Sperm whale predator-prey interactions involve chasing and buzzing, but no acoustic stunning
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The sperm whale carries a hypertrophied nose that generates powerful clicks for long-range echolocation. However, it remains a conundrum how this bizarrely shaped apex predator catches its prey. Several hypotheses have been advanced to propose both active and passive means to acquire prey, including acoustic debilitation of prey with very powerful clicks. Here we test these hypotheses by using sound and movement recording tags in a fine-scale study of buzz sequences to relate the acoustic behaviour of sperm whales with changes in acceleration in their head region during prey capture attempts. We show that in the terminal buzz phase, sperm whales reduce inter-click intervals and estimated source levels by 1-2 orders of magnitude. As a result, received levels at the prey are more than an order of magnitude below levels required for debilitation, precluding acoustic stunning to facilitate prey capture. Rather, buzzing involves high-frequency, low amplitude clicks well suited to provide high-resolution biosonar updates during the last stages of capture. The high temporal resolution helps to guide motor patterns during occasionally prolonged chases in which prey are eventually subdued with the aid of fast jaw movements and/or buccal suction as indicated by acceleration transients (jerks) near the end of buzzes.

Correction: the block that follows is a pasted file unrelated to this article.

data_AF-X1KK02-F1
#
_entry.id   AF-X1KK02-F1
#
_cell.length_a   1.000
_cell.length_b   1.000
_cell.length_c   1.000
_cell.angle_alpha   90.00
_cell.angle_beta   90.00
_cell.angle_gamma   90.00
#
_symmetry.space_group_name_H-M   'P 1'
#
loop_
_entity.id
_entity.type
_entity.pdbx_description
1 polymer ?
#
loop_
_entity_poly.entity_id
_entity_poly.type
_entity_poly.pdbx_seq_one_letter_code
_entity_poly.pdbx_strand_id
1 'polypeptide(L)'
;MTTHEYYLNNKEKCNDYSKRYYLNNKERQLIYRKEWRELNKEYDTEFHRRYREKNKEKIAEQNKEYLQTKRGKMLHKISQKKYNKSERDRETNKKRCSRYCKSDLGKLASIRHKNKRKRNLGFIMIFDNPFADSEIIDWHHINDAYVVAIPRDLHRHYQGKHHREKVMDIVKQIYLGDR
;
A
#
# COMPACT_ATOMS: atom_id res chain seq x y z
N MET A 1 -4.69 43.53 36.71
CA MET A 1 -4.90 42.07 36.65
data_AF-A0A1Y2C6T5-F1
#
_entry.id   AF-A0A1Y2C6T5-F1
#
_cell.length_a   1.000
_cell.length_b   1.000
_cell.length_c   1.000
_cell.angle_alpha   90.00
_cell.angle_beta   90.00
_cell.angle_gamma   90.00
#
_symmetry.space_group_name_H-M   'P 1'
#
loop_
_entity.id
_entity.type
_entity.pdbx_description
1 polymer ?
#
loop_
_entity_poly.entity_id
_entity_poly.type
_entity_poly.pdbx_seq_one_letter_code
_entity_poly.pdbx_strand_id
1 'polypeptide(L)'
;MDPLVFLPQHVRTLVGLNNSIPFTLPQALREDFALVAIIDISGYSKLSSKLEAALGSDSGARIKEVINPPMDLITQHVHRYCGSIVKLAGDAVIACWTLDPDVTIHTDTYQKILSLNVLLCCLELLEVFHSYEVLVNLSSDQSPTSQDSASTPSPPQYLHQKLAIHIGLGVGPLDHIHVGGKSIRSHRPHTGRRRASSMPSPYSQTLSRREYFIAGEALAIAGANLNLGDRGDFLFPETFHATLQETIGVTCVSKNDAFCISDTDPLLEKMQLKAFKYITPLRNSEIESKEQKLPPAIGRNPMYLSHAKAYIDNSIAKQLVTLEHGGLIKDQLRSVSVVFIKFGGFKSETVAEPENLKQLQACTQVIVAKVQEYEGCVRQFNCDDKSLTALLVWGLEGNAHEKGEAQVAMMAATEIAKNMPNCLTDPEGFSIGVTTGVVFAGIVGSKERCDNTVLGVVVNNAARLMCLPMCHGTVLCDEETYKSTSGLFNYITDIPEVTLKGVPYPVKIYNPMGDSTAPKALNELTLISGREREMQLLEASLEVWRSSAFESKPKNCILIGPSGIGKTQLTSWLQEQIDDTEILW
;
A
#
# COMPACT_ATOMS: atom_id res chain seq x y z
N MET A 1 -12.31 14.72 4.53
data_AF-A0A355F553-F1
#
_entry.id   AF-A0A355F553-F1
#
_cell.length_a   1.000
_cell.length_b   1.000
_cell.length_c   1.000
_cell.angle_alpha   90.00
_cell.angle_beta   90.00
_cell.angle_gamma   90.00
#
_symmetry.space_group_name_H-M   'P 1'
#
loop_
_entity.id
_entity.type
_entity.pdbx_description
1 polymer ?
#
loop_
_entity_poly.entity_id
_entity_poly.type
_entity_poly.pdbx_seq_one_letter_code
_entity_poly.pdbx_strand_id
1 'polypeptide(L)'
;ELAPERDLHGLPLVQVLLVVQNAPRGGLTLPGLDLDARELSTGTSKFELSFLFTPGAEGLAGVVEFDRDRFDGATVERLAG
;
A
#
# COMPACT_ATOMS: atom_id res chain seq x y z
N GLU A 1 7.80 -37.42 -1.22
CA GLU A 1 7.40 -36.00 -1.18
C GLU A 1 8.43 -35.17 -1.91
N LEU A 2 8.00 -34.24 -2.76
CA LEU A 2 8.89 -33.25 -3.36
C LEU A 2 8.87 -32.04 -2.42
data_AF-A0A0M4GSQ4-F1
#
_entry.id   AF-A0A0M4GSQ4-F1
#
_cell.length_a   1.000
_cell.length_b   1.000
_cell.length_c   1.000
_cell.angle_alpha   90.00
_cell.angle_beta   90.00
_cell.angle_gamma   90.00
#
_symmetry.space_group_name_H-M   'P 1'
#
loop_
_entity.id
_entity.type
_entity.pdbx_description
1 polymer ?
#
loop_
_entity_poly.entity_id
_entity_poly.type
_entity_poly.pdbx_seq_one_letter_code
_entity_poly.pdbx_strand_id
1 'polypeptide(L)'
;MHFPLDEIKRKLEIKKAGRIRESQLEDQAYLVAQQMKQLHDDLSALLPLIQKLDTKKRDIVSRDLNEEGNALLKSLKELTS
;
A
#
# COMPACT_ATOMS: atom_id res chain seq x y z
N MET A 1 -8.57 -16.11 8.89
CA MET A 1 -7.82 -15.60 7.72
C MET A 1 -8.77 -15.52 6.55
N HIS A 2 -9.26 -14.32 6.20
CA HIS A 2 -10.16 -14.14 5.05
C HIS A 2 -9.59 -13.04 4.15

Fais , A , Johnson , M , Wilson , M , Aguilar de Soto , N & Madsen , P T 2016 , ' Sperm whale predator-prey interactions involve chasing and buzzing, but no acoustic stunning ' , Scientific Reports , vol. 6 , 28562 . https://doi.org/10.1038/srep28562
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DescriptionField work in Norway was funded by the Carlsberg Foundation and the National Danish Research Council to PTM. The NMFS study was funded by the U.S. Mineral Management Service. MJ is funded by the Marine Alliance for Science and Technology, Scotland, and by a Marie Curie Career Integration Grant. MW was funded by the Danish Council for Independent Research, Natural Science and NAS is currently funded by a EU Horizon 2020 MSC Fellowship.
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